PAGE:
While I wanted that win badly--not just because Peasounay was having the year of his life and I was motivated to be seen as #1--but moreso from my burning desire to finally win a season. Now, here I was, about a year after season 9, and I was in 2nd place. I kept playing well in the second tournament, reaching the quarterfinals where I met ladder sensation EvanRBY, who played over 1,000 games on the ladder and beat me in five games, with the fourth being one of the more ridiculous losses I ever suffered. I missed Blizzard three times in a row and his Gengar woke up with one turn left to spare, then Sing failed to connect. As disappointed as I was with the loss, he did show me some techniques that I liked, such as the way he played Explosion, and his teams also piqued my interest. So, while I did lose that set, I learned from it and gained some new tools to use, which I made good use of in the final tournament of the season, which was probably the most competitive since season 9. It was a three-way between me, Peasounay, and Troller: we were all within 1 or 2 points of each other, making it clear that the winner wouldn't be decided until the very end. My first real challenge in the tour was Ortheore, with whom I had a great deal of history and had beaten me in two Master Tournaments before. I swept him to even the score and keep my hopes of winning the season alive. Peasounay was up against Metalgross and ended up losing in a close, five-game set, which meant that it came down to me and Troller. Troller went up first, also losing to Metalgross in four games. I had to play Disaster Area and needed to win two games to seal the season victory, but it wasn't going to be easy considering he was definitely no slouch. After losing the first game, I bounced back and won the next one, then won the second game in what was one of the best feelings I ever experienced here. Not only did I finally win a season after so many politically motivated setbacks, but it was almost exactly a year after season 9. Moreover, what really made it feel like a culmination was that I had to beat Disaster Area twice to win the season, the person who asked, "When was the last time you even finished in the top 3 of a season?" and who was also the tournament host during season 9.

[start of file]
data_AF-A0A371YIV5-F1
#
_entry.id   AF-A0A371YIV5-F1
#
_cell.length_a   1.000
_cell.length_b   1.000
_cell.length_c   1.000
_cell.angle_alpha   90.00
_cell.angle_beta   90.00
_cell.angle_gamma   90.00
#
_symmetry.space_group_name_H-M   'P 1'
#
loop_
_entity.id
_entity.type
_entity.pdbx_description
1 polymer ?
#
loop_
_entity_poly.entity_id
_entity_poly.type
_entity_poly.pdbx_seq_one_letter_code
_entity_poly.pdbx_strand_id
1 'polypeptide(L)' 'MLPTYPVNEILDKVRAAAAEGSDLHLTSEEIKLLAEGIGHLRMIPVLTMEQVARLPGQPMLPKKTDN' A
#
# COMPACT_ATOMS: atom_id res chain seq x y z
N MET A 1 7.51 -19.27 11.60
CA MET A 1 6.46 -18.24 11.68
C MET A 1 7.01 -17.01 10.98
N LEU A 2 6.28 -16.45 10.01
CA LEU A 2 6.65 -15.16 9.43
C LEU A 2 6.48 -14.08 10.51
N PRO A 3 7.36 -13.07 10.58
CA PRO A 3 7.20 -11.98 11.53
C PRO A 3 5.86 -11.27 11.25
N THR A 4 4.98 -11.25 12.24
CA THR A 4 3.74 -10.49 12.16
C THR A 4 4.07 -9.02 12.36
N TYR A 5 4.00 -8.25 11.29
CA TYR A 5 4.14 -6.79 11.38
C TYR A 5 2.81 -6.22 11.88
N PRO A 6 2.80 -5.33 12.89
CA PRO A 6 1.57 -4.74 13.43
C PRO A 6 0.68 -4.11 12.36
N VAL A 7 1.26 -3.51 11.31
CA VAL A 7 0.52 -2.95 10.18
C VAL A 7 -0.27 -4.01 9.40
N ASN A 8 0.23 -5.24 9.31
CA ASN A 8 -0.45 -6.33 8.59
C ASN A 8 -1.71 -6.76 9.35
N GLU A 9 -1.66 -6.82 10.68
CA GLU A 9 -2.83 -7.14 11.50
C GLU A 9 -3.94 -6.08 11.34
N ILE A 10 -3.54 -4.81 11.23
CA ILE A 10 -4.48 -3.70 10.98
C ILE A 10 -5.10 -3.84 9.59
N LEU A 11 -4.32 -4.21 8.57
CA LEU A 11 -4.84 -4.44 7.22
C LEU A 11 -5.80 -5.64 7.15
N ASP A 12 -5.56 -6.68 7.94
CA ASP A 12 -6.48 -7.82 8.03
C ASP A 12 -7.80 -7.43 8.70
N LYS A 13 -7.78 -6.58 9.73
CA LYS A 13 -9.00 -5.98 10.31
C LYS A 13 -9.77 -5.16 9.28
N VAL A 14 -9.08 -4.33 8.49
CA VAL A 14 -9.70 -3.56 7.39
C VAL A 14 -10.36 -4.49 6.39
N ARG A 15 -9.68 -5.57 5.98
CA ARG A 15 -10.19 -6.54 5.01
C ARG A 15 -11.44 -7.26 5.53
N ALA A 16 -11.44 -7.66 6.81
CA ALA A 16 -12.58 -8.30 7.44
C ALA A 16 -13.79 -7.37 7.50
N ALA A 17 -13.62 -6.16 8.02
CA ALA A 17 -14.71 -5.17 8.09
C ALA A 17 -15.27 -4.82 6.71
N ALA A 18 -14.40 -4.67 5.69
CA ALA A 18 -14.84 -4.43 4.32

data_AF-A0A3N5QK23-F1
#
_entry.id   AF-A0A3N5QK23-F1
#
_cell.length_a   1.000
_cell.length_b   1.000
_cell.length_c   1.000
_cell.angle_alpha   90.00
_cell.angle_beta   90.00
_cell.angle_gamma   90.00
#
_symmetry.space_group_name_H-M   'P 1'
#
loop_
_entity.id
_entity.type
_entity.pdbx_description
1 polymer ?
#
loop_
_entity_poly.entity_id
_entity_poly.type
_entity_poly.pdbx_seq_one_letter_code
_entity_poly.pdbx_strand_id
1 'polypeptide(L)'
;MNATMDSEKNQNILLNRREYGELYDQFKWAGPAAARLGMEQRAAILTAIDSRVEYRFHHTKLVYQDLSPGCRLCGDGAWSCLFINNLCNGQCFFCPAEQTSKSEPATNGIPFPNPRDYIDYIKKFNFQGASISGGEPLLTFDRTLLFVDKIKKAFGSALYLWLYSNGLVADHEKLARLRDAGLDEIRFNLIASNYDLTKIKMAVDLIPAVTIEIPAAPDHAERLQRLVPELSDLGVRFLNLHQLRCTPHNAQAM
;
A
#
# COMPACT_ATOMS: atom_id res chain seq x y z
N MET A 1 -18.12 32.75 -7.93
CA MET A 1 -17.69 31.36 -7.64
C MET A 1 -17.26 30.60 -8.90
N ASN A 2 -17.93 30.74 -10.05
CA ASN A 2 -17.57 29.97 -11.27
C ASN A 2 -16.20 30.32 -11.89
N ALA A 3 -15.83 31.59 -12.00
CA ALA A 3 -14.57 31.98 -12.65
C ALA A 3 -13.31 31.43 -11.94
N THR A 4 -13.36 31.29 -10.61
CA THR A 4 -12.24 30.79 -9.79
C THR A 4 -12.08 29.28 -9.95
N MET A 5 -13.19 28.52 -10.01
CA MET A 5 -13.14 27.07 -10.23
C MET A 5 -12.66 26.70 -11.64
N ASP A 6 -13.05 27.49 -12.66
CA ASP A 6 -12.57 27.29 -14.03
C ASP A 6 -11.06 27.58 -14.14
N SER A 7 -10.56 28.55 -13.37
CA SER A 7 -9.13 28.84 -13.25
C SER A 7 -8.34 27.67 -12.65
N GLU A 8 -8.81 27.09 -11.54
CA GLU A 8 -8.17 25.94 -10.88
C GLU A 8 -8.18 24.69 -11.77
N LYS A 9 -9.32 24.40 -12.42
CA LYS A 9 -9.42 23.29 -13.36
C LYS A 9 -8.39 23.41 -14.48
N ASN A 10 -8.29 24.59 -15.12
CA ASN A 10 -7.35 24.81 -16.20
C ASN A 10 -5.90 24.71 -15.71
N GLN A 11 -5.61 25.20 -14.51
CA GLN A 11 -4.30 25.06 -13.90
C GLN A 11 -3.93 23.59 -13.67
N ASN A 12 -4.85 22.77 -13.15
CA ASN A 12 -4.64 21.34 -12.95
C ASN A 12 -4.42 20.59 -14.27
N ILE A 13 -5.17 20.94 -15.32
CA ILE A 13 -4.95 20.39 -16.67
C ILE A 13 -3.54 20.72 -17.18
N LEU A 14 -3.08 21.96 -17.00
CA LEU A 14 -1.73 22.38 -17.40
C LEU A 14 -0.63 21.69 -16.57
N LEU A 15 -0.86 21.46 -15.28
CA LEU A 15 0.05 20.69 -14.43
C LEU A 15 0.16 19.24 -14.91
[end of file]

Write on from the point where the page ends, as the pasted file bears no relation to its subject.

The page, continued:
To be honest, I stopped caring after the third game, and eventually lost the set thanks primarily to two consecutive turns of full paralysis. Hats off to him for winning the battle, but I won the war. The season was mine, which also meant that I qualified for the Fuchsia Cup at the last second, the third tournament of champions in which only season winners and winners of certain events were allowed to participate. I finished in 3rd place of the Vermilion Cup and went positive in the Indigo Cup, so I was one of only two players who had the chance of having a winning record in all three events, which was something I really wanted to pull off. Lusch was the other participant who had that opportunity, and he coasted into the finals without dropping a single game. My road was a challenging one in which I defeated my rival of yesteryear, Alexander, in the first round. I lost to another rival, marco, in the second round, falling into the snake pit against Bedschibaer but crawled out with some bites. I then fell into the shark tank where I met Idiot Ninja, winning a close encounter and earning an all-expenses paid trip to the lion's den, where I awaited marcoasd again. This time I managed to win, making the finals where I awaited Lusch. As awesome as it would have been to have won this tournament after what it took to qualify and who I had to beat to get into the finals, I was beaten handily in two games. Although disappointing, it was a fun run and I was very happy with my performance overall. I also accomplished my goal of going positive, accumulating an overall win/loss record of 24-18 across all three events. When one considers the names I faced, I'd say that's a record to be content with.